Discussion Top

Acute renal failure complicates the course in 5% to 32% of victims of severe viper poisoning. [3],[8],[9] No consensus exists on the single mechanism causing acute renal failure after viper bite. It is known, however, that viper venom induces several clinical abnor­malities that favor the development of acute renal failure. These alterations include a va­rying degree of bleeding, hypotension, circu­latory collapse, intravascular hemolysis [3],[10] and disseminated intravascular coagulation [3],[10] with or without microangiopathy. E. carinatus venom directly activates prothrombin to thrombin. [11],[12] Viper venom produces activation of Factor V with fibrinolysis leading to disseminated intravascular coagulation (DIC). This can result in hemorrhage, hypo­volemia and thrombin in the microvascu­lature and glomerular capillaries and a mic­roangiopathic hemolytic anemia with subse­quent ARF. [13] A direct cytotoxic action of snake venom on the kidney may occur, [10] however, convincing evidence is still lacking. Hypersensitivity to venomous or antiveno­mous protein occasionally causes acute renal failure. [14]

The renal lesions of clinical significance in envenomed patients are acute tubular and patchy or diffuse cortical necrosis. [3],[10] Glo­merulonephritis, interstitial nephritis, and papillary necrosis and occasional cases of necrotizing arteritis of the interlobular arte­ries have been reported. [15] Since the multi­tude of mechanisms of ARF exist and there is varying histological involvement, the out­come of a patient cannot be determined by a single factor.

The prevalence of ARF in the present study was 13.5% which is comparable to other reported series in India (13-32%), [3],[16] while the incidence reported from Nigeria, [8] Israel [9] and Thailand [17] were 1-10, 6.2, and 5%, respectively.

The finding that delay to administer an adequate dose of anti-venom increases the risk for developing ARF more than 2 times (odds ratio 2.10) is not unexpected because the venom continues to act until it is neu­tralized. In fact, early administration of anti-venom has been demonstrated to com­pletely reverse all clinical manifestations of snake envenomation. [18] Hence, anti-venom should be available in health centers and emergency services of small communities, rather than being concentrated in reference hospitals. Delay in seeking medical aid or ignorance among the public and health care personnel can contribute to increased mor­bidity and mortality.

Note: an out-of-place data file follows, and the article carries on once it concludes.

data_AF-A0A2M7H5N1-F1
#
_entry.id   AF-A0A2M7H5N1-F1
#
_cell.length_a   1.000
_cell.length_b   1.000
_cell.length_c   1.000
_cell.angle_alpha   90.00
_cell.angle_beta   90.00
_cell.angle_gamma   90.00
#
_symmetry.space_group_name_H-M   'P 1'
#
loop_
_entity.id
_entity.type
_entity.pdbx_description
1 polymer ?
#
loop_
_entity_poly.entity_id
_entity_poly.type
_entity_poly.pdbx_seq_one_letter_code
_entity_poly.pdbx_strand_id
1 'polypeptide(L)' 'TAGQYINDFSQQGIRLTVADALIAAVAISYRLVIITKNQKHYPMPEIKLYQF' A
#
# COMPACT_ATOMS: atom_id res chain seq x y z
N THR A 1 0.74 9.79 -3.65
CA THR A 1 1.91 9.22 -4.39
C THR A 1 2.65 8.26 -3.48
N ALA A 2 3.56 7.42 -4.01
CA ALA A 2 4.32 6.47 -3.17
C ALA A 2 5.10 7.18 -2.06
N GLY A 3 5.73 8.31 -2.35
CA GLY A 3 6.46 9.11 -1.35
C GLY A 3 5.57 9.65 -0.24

Another significant independent factor re­lated to development of ARF in our study was the presence of cellulites. The earliest symptoms in patients bitten by vipers are pain and swelling of the bitten part, appea­ring within a few minutes. In severe poiso­ning, the swelling can spread to involve the whole limb within 24 hours. However, severe envenomation without much swelling can occur if the venom directly enters the blood stream. [19]

Regional lymphadenopthy was another sig­nificant independent factor for ARF. Just as cellulites, regional lymphadenopthy can be a bedside indicator of the amount of toxin released by the snakebite.

Intravascular hemolysis is a well-known cause of renal injury [3],[10] that can be more lethal when combined with other adverse factors such as dehydration, hemorrhage or hypotension. in our present study, hemoly­sis was identified as an independent predic­tor for development of ARF.

In our study, 44 (27.7%) patients with ARF developed bleeding, which was less than that in other reports ( 60-65%). [16] Hematemesis, melena, hemoptysis, hematu­ria, epistaxis are well known manifestations and may lead to severe hypovolemic shock. Bleeding in snake-bite victims is usually due to DIC. Platelet count was low in 40 (25.2%) patients with ARF, which could also ex­plain the bleeding due to DIC as noticed in the study.

Hypotension is another major factor to cause ARF. [19] Bleeding, either into tissues or externally, and loss of plasma into the bitten extremity can produce hypotension and circulatory collapse. The latter was, however, not observed in our present study. Russell's viper can cause hypotension and collapse by releasing bradykinin. In our study, intravascular hemolysis and bleeding due to DIC were more important pathogen­netic factors in the development of ARF and hypotension did not contribute much to it. In general, early pre hospital treatment of hypotension with fluids and inotropic support could have prevented the develop­ment of ARF in at least some of the pa­tients. This warrants aggressive treatment of hypotension.

In our study, patients with ARF due to snakebite developed hypotension within the first 24 hours, intravascular hemolysis, bleeding manifestations due to DIC, com­bination of hypotension and intravascular hemolysis, and venom induced direct nephro­toxicity in similar percentages reported else­ where. [10]